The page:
Tuesday, May 19, 2015

Walter Mittelholzer 13.2.1977

On November 5, 1919 he co-founded an air-photo and passenger flight business, Comte, Mittelholzer, and Co. In 1920 this firm merged with the financially stronger Ad Astra Aero. Mittelholzer was the director and head pilot of Ad Astra Aero which later became Swissair.

He made the first North-South flight across Africa. It took him 77 days. Mittelholzer started in Zürich on December 7, 1926, flying via Alexandria and landing in Cape Town on February 21, 1927. Earlier, he had been the first to do serious aerial reconnaissance of Spitsbergen, in a Junkers monoplane, in 1923. On December 15, 1929 he became the first person to fly over Mt. Kilimanjaro, and planned to fly over Mount Everest in 1930. In 1931, Mittelholzer was appointed technical director of the new airline called Swissair, formed from the merger of Ad Astra Aero and Balair. Throughout his life he published many books of aerial photographs. He died in 1937 in a climbing accident on an expedition in the Hochschwab massif in Styria, Austria.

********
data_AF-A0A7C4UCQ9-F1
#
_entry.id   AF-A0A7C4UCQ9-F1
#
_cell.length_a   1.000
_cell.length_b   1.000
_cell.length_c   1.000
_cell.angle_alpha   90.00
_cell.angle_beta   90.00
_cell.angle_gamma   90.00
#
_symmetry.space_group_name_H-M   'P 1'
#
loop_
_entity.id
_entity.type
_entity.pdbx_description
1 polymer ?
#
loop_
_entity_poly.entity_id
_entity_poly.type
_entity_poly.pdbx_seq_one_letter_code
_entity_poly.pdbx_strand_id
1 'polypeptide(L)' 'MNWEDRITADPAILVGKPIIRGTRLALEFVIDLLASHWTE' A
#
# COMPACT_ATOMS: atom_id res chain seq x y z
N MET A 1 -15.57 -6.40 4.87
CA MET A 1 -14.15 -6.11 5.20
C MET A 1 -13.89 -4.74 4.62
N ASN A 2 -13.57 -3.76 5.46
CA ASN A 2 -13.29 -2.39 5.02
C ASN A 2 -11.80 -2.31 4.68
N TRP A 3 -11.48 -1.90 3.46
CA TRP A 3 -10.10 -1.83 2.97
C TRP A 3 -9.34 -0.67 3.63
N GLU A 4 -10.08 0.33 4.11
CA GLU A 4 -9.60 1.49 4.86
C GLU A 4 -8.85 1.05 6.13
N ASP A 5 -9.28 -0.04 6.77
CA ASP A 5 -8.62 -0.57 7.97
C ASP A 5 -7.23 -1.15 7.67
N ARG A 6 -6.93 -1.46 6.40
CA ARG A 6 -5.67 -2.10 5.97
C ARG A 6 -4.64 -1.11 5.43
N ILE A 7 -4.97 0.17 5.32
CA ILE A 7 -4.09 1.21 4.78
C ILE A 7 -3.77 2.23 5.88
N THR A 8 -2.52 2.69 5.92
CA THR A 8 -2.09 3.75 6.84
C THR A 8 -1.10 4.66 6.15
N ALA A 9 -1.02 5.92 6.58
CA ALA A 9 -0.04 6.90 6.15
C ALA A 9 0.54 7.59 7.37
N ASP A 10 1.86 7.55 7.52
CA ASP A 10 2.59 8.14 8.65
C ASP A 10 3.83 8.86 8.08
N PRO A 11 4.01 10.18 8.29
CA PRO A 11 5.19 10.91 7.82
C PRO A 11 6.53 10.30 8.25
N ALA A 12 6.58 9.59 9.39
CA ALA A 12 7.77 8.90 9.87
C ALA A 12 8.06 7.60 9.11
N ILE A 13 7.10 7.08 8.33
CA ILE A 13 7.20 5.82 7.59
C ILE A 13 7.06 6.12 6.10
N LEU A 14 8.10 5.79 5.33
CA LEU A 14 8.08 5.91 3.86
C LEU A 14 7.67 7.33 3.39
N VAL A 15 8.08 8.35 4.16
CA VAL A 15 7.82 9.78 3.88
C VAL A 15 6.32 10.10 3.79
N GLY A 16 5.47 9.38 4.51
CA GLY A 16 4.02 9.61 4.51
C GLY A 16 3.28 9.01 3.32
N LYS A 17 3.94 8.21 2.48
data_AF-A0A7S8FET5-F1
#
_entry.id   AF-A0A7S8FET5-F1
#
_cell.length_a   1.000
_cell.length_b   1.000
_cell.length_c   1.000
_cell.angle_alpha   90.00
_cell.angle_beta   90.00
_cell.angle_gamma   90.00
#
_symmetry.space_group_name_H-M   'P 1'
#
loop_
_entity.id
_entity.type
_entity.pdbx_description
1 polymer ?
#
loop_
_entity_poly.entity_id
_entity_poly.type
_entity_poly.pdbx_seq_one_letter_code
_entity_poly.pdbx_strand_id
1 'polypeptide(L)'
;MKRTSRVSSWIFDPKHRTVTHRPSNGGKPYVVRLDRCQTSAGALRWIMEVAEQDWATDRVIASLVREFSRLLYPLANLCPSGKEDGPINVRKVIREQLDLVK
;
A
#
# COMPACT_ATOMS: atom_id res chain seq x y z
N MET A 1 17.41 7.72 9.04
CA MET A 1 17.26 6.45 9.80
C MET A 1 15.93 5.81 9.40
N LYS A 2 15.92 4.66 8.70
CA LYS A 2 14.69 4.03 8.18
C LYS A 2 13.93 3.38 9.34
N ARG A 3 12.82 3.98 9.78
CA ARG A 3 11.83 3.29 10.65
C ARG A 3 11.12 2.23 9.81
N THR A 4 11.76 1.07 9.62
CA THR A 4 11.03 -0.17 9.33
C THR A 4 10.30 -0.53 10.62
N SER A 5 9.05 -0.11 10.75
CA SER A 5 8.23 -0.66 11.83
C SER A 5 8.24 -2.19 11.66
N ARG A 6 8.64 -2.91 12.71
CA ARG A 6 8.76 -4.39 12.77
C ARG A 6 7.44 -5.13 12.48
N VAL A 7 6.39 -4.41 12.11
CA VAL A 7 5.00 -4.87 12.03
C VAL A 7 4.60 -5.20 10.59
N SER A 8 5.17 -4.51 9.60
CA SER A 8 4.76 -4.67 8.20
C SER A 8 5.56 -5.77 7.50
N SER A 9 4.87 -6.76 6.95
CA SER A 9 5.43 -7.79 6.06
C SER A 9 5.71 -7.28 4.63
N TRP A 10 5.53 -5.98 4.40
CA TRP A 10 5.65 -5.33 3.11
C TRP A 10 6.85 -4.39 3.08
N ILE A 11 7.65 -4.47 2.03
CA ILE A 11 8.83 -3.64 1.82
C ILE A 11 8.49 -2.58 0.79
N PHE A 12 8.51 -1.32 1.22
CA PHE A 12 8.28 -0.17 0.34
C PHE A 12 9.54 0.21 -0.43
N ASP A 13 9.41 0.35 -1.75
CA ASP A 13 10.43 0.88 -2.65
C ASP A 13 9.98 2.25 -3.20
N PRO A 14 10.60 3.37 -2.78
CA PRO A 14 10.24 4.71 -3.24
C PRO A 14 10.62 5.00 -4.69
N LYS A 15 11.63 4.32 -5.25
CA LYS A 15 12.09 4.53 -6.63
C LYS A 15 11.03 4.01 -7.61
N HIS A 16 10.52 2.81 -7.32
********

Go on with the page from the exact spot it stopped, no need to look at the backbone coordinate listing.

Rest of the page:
Among other Swiss air pioneers, he is commemorated in a Swiss postage stamp issued in January 1977.

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